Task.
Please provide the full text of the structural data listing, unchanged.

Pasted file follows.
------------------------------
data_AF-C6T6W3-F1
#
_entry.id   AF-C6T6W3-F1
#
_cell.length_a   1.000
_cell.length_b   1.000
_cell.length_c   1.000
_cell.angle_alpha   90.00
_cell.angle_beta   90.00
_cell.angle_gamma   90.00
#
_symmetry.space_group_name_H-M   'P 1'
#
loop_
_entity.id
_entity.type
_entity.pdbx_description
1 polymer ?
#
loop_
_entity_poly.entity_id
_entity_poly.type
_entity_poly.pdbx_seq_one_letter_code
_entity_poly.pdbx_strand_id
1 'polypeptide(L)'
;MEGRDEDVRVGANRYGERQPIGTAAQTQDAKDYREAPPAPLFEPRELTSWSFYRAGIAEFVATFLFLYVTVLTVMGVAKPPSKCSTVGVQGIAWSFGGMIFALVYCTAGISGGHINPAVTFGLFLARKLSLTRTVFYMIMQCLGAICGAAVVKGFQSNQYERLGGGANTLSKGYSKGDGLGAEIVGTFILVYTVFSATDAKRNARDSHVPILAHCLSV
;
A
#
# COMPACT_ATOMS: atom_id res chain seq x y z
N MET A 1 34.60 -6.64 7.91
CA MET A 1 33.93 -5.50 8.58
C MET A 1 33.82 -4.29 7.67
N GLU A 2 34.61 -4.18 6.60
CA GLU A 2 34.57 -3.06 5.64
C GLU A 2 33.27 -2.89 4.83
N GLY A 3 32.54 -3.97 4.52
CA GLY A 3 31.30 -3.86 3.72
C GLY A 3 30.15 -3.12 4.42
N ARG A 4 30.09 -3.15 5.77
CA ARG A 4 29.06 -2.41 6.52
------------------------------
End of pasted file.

data_AF-C6T6W3-F1
#
_entry.id   AF-C6T6W3-F1
#
_cell.length_a   1.000
_cell.length_b   1.000
_cell.length_c   1.000
_cell.angle_alpha   90.00
_cell.angle_beta   90.00
_cell.angle_gamma   90.00
#
_symmetry.space_group_name_H-M   'P 1'
#
loop_
_entity.id
_entity.type
_entity.pdbx_description
1 polymer ?
#
loop_
_entity_poly.entity_id
_entity_poly.type
_entity_poly.pdbx_seq_one_letter_code
_entity_poly.pdbx_strand_id
1 'polypeptide(L)'
;MEGRDEDVRVGANRYGERQPIGTAAQTQDAKDYREAPPAPLFEPRELTSWSFYRAGIAEFVATFLFLYVTVLTVMGVAKPPSKCSTVGVQGIAWSFGGMIFALVYCTAGISGGHINPAVTFGLFLARKLSLTRTVFYMIMQCLGAICGAAVVKGFQSNQYERLGGGANTLSKGYSKGDGLGAEIVGTFILVYTVFSATDAKRNARDSHVPILAHCLSV
;
A
#
# COMPACT_ATOMS: atom_id res chain seq x y z
N MET A 1 34.60 -6.64 7.91
CA MET A 1 33.93 -5.50 8.58
C MET A 1 33.82 -4.29 7.67
N GLU A 2 34.61 -4.18 6.60
CA GLU A 2 34.57 -3.06 5.64
C GLU A 2 33.27 -2.89 4.83
N GLY A 3 32.54 -3.97 4.52
CA GLY A 3 31.30 -3.86 3.72
C GLY A 3 30.15 -3.12 4.42
N ARG A 4 30.09 -3.15 5.77
CA ARG A 4 29.06 -2.41 6.52